Proposition 56 would raise the state excise tax on tobacco products by $2.00/pack of cigarettes or its equivalent, and include e-cigarettes in the measure. California’s current tax rate is 87 cents/pack, among the lowest in the nation, where $1.65 is the average state levy.
The short-form Prop reads as follows:
(Prop 56) “Increases cigarette tax by $2.00 per pack, with equivalent increase on other tobacco products and electronic cigarettes containing nicotine. Fiscal Impact: Additional net state revenue of $1 billion to $1.4 billion in 2017-18, with potentially lower revenues in future years. Revenues would be used primarily to augment spending on health care for low-income Californians.”
The distribution formula beefs-up declining revenues of the current tax, which are earmarked mostly for early childhood development programs and smoking prevention (together, 75%). It then transfers the bulk of the remainder to MediCal services, as well as anti-tobacco law enforcement.
This is another exceptionally well-funded debate, with some $79 million raised, and allocated more than 2-1 in opposition to the measure. Major Yes funders include CA hospitals, doctors and dentists via their professional associations, the Service Employees Union and tech mogul Tom Steyer, whom brother blogger Tim calls a ‘radical environmentalist’ (really, Tim?). Opposition money comes almost exclusively from tobacco companies and their affiliates. CA Dems and most newspapers support the measure; the state GOP and the Orange County Register oppose it.
Supporters argue that this is a straight-forward use of market principles to fight the scourge of a primary health menace. It’s Econ 101 stuff -- price goes up and smoking goes down. The revenue, they say, is also put to good current uses -- and as smokers bear a larger share of the total MediCal expense, the rest of us pay less of it.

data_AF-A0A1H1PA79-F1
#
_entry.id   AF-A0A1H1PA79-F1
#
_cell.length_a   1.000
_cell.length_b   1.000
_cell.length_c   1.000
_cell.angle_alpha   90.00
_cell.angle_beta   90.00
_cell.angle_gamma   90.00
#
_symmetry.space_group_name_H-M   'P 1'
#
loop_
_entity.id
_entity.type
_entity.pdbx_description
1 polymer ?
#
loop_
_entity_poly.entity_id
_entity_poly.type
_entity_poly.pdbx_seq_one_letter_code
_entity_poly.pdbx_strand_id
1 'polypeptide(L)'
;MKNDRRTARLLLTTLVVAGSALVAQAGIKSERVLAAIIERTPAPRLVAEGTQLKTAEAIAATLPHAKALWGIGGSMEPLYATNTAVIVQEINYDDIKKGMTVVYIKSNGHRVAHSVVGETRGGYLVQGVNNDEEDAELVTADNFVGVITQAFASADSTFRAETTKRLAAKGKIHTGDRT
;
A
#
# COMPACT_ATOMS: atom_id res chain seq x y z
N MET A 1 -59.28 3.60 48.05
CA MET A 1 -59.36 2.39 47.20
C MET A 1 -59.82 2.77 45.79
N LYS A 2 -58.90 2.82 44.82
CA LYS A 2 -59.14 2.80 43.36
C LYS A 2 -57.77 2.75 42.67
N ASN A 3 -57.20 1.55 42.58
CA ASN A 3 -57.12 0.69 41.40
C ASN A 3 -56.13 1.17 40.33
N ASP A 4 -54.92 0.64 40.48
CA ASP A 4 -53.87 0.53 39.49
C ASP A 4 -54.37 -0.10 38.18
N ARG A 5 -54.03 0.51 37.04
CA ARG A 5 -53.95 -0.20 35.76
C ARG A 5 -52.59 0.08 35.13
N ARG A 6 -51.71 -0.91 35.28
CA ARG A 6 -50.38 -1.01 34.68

Opponents have chosen to paint Prop 56 as a draconian measure – we should be “helping” our smokers to quit (that’s some very strange bedfellowage for the state GOP – rejecting a market approach in favor of ‘help’ from Big Government, but I digress). They also hang an unspecified “wealthy special interests” label on the recipients of revenue from the Proposition. Further, they say that e-cigs aren’t so bad. Finally, they argue that the measure “shortchanges schools,” since the money doesn’t go to education (they might have also noted that it Fails to stop ISIS).
For my money (actually it’s not my money), the ayes have it here. There is some legitimate concern when a majority imposes special levies on a minor fraction of the population. It’s also true that so-called ‘sin taxes’ can be a slippery slope, said the guy who enjoys an occasional scotch-and-soda. Those are the two best actual policy arguments available to the No campaign.
That said, smoking is a uniquely foul pastime – worse than any other legal product in terms of both its general addictive potential, and its unavoidable, direct and dreadful impact on unwilling non-participants. There’s just nothing else like it. Thus, the use of tax policy to discourage it, and bring California up from the lower ranks of state taxers seems legitimate to me. There’s not much of a slope here, and it’s firm footing. Finally, there is good evidence that e-cigs are a gateway, and there are alternative vehicles (like patches) for nicotine delivery.
We all pay for smoking, whether we partake or not. Here’s a case where ‘less’ of it really is ‘more’ beneficial to Californians. I’ll vote Yes on 56.